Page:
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Milton Tabor to Senator Arthur Capper

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Sen. Capper,

Washington, D.C.

Dear Senator:

Enclosed find the Kansas Day editorial by Paul DeWeese, as per your request. I thought it was good and was pleased to know that our good friend C.E. Gresser agreed.

We always are glad to have the K-State students down on Kansas Day.  There were about 30 of them this year.  It gives them valuable experience and also helps the Capital staff cover some dozen or more meetings on that day.

Also am enclosing a clipping from the Capital on the Mexican situation, as per the letter you sent me from Raymond Ortega, president of the Veterans Club here in Topeka.  This is an old story and also a ticklish subject because of Ortega’s insistent demands that his people be accorded absolute equality in all things.

There is no doubt but that the Mexicans and Negroes are discriminated against, often quite shamefully.  Not only in Topeka, but everywhere else.  But there are so many white people who object at being thrown together with them it makes life difficult for theater managers, city park employees, and restaurant and tavern operators.

Many unpleasant incidents have occurred, some of them near-riots, which we have not played up as news because of the danger of a race riot.  As pointed out in the story, once a café owner opens his place to Mexican or colored patronage, they practically take it over.  It is really difficult, but we have avoided too much unpleasantness here.

Some years ago I got the leading colored folks here together in an effort to see if we couldn’t do something to lessen the then rising friction.  We agreed that if they would quiet down their “Eleanor Club” women and take the knives and clubs from colored school kids, we would quit using the word “colored” when their folks were arrested.  Also, we eliminated it in obituaries and elsewhere.  This had an excellent effect and the colored folks have kept their promise.  There is little or no trouble here now.

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Outside of Ortega and a few other young Mexicans, we find very little discontent among our Spanish citizens.  We understand the feelings of these veterans who served their country and then come home to find themselves discriminated against.  On the other hand, theater and cafe men are up against a situation for which they have no solution.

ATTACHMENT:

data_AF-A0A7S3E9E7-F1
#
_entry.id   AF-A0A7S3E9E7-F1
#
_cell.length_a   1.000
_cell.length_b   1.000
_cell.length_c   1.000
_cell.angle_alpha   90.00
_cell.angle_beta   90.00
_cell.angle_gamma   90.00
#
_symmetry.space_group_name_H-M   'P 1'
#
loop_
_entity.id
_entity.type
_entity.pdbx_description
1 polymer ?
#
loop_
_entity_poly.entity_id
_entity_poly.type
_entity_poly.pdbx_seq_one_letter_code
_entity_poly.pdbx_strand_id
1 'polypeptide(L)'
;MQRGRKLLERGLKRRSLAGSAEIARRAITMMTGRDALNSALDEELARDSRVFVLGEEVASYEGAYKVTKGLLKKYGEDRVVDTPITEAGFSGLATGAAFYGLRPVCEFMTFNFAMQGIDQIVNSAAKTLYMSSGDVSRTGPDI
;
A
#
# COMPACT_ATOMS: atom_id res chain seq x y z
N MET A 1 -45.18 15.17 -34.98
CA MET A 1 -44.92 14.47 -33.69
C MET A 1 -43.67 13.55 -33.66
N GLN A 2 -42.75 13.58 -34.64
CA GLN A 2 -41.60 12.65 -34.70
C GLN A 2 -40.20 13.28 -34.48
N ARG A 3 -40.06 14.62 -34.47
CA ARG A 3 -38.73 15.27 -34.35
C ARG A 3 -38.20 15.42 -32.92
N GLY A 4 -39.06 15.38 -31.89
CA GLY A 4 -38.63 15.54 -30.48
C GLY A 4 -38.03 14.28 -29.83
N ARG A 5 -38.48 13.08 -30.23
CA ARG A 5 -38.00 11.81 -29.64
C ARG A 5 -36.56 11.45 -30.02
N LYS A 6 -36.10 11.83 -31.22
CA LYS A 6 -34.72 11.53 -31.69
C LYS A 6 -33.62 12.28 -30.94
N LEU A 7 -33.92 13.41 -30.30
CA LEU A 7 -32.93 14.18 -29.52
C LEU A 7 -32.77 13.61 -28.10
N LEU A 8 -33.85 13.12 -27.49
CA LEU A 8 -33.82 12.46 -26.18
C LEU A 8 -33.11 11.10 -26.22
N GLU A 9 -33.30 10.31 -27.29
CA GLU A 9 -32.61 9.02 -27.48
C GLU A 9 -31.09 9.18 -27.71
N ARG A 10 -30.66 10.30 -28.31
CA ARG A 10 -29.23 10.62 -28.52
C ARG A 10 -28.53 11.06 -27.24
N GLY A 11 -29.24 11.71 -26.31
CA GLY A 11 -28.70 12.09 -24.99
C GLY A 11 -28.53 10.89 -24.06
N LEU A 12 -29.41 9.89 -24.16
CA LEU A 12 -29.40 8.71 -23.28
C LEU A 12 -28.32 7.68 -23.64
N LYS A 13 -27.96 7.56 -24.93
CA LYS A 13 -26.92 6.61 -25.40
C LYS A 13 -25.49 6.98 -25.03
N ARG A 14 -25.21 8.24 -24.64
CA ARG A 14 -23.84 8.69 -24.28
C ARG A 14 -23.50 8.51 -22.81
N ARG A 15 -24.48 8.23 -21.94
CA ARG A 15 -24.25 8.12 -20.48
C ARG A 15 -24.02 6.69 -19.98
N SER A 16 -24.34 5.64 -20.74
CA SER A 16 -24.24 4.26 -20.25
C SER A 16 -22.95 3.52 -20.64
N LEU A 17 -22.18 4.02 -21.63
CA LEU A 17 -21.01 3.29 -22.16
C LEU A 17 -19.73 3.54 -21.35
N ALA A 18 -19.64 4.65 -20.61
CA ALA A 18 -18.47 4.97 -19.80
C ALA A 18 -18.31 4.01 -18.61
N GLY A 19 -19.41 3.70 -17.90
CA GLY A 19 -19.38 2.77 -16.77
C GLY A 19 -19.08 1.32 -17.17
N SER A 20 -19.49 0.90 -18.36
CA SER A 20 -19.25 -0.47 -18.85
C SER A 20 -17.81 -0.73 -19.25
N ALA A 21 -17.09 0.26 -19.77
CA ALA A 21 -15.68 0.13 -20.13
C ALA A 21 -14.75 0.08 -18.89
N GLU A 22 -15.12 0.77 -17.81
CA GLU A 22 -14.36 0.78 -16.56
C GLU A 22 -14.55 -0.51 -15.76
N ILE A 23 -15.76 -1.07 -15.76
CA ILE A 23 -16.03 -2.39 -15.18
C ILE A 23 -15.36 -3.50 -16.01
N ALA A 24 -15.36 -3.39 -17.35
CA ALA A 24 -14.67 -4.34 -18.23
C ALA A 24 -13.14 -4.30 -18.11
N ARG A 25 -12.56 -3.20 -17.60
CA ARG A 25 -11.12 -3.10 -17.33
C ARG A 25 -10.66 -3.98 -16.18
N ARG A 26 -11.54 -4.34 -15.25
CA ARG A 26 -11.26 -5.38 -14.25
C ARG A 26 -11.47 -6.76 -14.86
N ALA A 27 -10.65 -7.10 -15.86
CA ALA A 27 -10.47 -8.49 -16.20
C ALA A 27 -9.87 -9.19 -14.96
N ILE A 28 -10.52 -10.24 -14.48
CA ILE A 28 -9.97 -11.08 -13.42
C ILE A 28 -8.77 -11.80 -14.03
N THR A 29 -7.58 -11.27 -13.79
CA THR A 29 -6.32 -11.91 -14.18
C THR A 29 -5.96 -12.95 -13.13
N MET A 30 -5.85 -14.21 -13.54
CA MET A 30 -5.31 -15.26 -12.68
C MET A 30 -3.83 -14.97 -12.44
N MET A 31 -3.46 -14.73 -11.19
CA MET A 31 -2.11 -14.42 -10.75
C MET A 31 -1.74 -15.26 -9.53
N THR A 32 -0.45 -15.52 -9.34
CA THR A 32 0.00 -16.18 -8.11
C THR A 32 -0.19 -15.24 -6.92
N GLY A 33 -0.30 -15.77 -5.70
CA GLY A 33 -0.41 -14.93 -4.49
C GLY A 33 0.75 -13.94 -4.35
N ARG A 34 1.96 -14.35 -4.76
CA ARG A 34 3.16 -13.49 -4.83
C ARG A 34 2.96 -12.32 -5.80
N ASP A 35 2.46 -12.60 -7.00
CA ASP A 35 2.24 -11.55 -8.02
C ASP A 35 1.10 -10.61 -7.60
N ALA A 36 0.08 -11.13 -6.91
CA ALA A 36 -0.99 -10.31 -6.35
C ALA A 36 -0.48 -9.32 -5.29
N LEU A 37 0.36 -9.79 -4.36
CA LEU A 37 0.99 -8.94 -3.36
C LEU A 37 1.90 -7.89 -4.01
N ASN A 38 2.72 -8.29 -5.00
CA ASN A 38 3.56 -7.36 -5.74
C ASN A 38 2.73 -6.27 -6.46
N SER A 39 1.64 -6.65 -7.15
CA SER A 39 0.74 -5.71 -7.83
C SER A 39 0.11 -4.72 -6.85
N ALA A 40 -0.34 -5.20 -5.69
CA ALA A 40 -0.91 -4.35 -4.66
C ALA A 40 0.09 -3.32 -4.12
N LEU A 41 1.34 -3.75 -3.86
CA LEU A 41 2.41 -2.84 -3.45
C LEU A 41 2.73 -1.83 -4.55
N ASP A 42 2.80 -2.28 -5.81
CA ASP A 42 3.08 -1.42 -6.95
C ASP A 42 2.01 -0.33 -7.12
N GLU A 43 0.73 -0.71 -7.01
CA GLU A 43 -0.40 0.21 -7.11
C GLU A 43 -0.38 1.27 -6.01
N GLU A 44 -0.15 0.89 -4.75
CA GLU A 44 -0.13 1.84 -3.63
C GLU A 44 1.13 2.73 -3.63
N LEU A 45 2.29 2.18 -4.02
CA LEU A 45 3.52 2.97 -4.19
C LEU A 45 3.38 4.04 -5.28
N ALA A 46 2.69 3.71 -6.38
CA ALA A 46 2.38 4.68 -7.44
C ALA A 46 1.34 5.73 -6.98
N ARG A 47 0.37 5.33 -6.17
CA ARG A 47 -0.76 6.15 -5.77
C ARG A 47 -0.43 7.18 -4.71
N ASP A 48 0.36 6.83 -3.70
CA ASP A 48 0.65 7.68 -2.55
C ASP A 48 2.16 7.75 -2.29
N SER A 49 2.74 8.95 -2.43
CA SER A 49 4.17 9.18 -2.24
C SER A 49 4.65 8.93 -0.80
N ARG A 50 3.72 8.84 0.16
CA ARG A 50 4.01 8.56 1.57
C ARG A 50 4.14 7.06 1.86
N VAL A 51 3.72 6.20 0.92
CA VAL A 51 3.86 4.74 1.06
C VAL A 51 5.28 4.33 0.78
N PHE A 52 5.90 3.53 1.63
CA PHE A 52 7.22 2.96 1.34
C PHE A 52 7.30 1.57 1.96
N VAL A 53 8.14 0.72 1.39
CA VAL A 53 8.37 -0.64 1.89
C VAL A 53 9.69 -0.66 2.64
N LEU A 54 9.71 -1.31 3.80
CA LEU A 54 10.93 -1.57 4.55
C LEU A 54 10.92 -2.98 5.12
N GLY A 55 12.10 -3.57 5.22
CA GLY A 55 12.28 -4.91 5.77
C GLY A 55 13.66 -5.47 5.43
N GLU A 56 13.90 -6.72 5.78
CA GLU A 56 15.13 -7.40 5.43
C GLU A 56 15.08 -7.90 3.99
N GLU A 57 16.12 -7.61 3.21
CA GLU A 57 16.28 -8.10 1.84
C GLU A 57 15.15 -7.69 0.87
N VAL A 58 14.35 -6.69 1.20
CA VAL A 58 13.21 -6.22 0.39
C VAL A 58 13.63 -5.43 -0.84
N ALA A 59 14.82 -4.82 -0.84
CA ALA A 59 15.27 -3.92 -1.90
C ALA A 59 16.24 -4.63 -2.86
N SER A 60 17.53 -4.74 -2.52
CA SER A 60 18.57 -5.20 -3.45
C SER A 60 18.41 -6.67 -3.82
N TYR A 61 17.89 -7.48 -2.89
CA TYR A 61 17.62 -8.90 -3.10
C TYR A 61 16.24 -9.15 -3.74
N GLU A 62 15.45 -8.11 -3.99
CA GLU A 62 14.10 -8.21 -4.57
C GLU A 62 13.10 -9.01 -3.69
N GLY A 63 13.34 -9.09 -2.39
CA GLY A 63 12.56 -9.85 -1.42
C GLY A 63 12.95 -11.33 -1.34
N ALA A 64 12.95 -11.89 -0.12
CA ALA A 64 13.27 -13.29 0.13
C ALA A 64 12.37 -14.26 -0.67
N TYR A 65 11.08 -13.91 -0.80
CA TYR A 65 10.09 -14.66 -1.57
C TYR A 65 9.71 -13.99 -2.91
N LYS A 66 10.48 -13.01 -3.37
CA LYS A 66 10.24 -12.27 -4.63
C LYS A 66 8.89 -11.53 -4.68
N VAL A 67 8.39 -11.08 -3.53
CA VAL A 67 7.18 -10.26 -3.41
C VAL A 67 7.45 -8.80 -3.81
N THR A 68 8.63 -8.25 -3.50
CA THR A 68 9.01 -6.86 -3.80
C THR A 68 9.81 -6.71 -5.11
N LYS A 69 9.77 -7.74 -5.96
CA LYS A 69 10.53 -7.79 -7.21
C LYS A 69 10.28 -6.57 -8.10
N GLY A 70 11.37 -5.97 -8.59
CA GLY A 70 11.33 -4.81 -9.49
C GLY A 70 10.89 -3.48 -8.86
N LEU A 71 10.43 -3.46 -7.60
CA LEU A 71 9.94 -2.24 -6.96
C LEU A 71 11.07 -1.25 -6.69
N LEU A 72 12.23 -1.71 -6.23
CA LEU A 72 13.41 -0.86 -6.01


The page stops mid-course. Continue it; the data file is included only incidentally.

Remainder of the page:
Well, the legislature is going along, doing its work rather slowly, but when it is over they will not have done too much damage, we hope.

Governor Carlson managed to get the resubmission thing out of the road early, so liquor does not hang too heavily over the session.  They are considering a law which would make all owners of federal liquor stamps liable to penalties same as tho they were actually caught serving over the bar.  This will make it tough on a lot of clubs—Elks, Legion, Country Clubs, Shrines, etc—where they have been winking at the Bone Dry Law.  And a good thing, too, as too many of these so-called clubs are little better than open saloons.

The 1948 political campaign in Kansas may become another knock-down-and-drag-out battle over liquor, even more than the last one.  It is our guess that Woodring will be back, hollering louder for repeal and screaming that the Capital and other newspapers are hypocrites for not supporting him.

I have served notice on all my wet friends that the Capital is against repeal, that we are for strict law enforcement, and some of them are just a bit hostile.  It surprises me that there are so many Topeka women who are almost fanatic in favor of repeal, but we know that there are ten to one of the women against repeal.  The drys do not talk nearly so loud as the wets.

If we had the newsprint, the Capital could really go to town on getting out a better newspaper.  But there are times when the news space is very limited.  Everybody, from Henry Blake on down thru the whole business office, is doing a good job.  Our advertising is holding up much better than any of us expected for the early post-holiday season.

Hope you do not let your new chairmanship get you down.  All Kansans are proud that you and Hope and Rees got chairmanships.  The farmers have an abundance of faith in you and Cliff to look out for their best interests.

The ASNE convention is to be held in Washington in April, and if possible I hope to attend.  That will depend on whether the legislature is out of the way, however. With Virg Hill busy over in the state house I have my hands pretty full, what with writing editorials and other things.

Best regards from myself and the Capital staff,

Cordially Yours, Milt Tabor

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